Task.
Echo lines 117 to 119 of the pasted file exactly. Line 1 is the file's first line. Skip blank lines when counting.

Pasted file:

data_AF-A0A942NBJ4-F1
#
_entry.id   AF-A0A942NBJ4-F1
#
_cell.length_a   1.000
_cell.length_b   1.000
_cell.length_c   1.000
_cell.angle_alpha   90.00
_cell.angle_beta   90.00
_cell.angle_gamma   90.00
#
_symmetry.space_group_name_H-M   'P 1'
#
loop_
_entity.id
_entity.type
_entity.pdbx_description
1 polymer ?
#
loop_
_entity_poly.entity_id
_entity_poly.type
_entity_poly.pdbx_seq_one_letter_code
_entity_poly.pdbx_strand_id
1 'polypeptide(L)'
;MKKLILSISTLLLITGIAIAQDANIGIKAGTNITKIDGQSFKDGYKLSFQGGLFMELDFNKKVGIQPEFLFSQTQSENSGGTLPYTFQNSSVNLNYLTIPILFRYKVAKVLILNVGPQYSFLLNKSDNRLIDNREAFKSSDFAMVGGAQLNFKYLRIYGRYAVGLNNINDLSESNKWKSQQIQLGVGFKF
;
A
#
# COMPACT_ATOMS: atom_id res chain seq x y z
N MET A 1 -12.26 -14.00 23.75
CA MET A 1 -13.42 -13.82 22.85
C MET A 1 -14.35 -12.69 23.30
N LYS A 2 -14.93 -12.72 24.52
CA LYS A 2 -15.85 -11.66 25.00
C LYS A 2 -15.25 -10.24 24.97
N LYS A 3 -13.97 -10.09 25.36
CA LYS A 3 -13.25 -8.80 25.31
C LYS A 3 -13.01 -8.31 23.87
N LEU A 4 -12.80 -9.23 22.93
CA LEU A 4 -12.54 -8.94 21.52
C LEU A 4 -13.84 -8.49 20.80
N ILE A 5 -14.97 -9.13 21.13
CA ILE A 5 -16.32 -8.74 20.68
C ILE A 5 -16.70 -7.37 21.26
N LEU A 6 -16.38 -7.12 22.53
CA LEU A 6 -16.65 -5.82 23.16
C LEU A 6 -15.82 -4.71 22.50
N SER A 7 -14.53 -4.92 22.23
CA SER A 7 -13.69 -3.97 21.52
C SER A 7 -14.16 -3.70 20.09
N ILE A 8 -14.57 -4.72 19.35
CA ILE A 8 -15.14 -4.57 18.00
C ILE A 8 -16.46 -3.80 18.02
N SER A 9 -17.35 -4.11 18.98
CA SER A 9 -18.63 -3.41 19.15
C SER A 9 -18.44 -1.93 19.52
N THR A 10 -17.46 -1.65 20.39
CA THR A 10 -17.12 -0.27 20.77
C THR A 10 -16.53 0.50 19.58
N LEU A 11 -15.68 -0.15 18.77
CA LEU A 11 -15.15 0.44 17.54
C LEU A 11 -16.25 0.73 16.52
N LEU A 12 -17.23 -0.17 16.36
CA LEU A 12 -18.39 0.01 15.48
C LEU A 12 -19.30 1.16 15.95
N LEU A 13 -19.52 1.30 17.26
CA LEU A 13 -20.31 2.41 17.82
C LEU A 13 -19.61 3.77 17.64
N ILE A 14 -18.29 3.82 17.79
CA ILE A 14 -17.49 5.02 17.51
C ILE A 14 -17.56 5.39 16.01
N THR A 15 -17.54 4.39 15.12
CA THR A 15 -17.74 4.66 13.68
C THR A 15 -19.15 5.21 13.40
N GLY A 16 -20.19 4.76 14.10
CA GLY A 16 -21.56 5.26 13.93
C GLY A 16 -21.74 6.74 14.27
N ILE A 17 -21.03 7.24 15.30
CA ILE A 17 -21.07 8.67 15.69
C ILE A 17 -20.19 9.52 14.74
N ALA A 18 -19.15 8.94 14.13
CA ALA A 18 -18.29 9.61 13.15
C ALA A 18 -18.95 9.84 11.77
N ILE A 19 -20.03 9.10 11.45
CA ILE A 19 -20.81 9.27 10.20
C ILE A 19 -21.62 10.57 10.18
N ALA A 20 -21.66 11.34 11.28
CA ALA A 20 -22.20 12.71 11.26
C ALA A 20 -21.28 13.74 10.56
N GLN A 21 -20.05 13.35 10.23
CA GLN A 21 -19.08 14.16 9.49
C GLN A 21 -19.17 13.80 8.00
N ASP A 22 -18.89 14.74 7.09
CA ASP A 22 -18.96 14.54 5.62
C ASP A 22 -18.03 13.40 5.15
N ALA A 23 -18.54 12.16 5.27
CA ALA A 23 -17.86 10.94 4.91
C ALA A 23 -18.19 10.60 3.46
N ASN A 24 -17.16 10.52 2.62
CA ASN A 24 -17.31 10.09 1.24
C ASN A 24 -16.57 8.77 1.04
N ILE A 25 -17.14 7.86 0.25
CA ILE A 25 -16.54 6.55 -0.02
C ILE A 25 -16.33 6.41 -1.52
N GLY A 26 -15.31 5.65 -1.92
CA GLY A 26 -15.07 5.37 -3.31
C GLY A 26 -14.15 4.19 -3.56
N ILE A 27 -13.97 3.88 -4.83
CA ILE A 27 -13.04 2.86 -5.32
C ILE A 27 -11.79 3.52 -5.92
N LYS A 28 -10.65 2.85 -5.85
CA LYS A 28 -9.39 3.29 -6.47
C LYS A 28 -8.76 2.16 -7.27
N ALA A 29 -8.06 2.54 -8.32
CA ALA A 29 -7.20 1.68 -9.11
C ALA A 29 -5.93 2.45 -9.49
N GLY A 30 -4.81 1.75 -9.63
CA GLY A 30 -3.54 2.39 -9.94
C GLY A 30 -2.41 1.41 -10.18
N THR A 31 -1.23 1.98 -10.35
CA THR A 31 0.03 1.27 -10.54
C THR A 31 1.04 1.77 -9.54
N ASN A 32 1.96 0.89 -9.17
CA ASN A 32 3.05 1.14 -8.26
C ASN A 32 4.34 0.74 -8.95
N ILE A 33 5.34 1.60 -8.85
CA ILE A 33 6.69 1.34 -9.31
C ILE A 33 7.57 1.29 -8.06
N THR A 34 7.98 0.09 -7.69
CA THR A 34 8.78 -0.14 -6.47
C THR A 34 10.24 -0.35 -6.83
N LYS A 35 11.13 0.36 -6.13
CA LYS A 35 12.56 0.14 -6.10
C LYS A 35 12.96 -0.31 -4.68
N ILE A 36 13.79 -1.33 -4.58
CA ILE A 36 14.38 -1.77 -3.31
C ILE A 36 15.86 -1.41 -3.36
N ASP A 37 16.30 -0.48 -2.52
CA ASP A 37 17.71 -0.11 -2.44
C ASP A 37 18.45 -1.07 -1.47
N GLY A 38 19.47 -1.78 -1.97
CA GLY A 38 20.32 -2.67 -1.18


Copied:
C ALA A 29 -5.93 2.45 -9.49
N GLY A 30 -4.81 1.75 -9.63
CA GLY A 30 -3.54 2.39 -9.94